Step Three in the 12 steps of recovery

By Sam Janson
Recent Volunteer for Franciscan At-One-Ment Mission Project
Placement Site: St. Christopher’s Inn Treatment Center for Drug and Alcohol Abuse

The third step in the 12 steps of recovery reads, “We made a decision to turn our will and our lives over to the care of God as we understood him.” Each morning at affirmation one of the steps is read. When I heard this step, the part that really stood out to me was in the last four words: “as we understood Him.”

The spiritual lives of the men who come into the Inn are varied. Some lead active lives of prayer, attending religious services and holding a devotion to their Church close to their heart. Others would regard themselves as having little interest in exploring and enhancing the spiritual dimension of their lives. Through the 12 steps and the environment created at St. Christopher’s, I’ve met numerous men who have begun to understand the words of Pierre Teilhard de Chardin: “We are not human beings having a spiritual experience. We are spiritual beings having a human experience.”

I find that the wisdom of Step Three and de Chardin’s words both illuminate something essential not just to those in recovery, but to everyone. Step three acknowledges that even within our own traditions and denominations, each individual’s conception of God is unique to them. While we can come together in community for prayer, meditation, and ritual, our contact with a “higher power” remains something that is uniquely ours. Unfortunately, even when a broad and inviting conception of God is presented, many people will fall back on old resentments towards a prescriptive form of religion that they were shown in the past.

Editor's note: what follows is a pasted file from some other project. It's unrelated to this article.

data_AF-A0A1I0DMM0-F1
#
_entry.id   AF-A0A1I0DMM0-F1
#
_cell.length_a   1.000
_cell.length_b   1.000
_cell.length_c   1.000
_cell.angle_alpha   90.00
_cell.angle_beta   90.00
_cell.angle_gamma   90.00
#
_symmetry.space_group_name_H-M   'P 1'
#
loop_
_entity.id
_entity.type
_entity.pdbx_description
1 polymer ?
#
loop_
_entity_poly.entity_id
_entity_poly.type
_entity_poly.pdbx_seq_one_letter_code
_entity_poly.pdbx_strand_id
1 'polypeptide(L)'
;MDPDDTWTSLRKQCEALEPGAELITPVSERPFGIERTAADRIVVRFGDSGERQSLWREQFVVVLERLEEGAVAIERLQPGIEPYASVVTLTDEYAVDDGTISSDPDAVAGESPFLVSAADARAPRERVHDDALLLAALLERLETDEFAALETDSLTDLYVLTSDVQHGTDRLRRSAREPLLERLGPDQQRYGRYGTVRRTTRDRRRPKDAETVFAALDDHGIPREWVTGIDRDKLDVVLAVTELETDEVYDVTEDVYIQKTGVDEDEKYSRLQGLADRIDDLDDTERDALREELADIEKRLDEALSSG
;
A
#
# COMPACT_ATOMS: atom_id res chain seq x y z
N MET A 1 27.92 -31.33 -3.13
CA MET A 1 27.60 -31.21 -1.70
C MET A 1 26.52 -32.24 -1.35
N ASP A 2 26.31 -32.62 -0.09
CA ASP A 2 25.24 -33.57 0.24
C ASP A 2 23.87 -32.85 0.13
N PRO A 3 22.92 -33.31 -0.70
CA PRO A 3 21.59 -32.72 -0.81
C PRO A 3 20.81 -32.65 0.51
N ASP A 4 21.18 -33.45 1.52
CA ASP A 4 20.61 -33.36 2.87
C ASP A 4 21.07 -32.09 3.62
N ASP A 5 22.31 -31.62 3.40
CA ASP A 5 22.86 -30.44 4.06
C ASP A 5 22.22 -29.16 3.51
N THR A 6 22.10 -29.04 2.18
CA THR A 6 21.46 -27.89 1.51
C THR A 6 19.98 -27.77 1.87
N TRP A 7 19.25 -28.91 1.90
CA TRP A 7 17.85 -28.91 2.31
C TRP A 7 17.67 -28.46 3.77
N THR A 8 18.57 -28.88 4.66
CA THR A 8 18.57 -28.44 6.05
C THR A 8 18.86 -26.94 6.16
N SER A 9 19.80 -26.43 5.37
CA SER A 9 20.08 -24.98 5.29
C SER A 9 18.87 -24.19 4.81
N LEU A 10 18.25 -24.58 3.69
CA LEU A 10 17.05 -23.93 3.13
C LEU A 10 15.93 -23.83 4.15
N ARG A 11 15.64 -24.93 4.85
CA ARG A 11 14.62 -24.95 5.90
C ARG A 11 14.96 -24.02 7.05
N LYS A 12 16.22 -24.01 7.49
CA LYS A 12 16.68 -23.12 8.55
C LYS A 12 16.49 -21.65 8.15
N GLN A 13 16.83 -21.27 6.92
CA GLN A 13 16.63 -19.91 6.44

I think this is where de Chardin’s words can offer guidance. He suggests that we are first spirit, but as humans we are experiencing what it means to be made flesh. For me, this means that we cannot really embrace our spiritual lives until we fully acknowledge the triumphs and frailties that are vital to our humanity. The men at St. Christopher’s really illustrate this point. In recovery, they must first admit accept the depth of their own humanity, even with all the suffering it has brought them, before they can connect spiritually. It has been an incredible experience for me to watch men who are on the path of recovery, embracing both their humanness and spirituality, and coming to know God “as they understand Him.”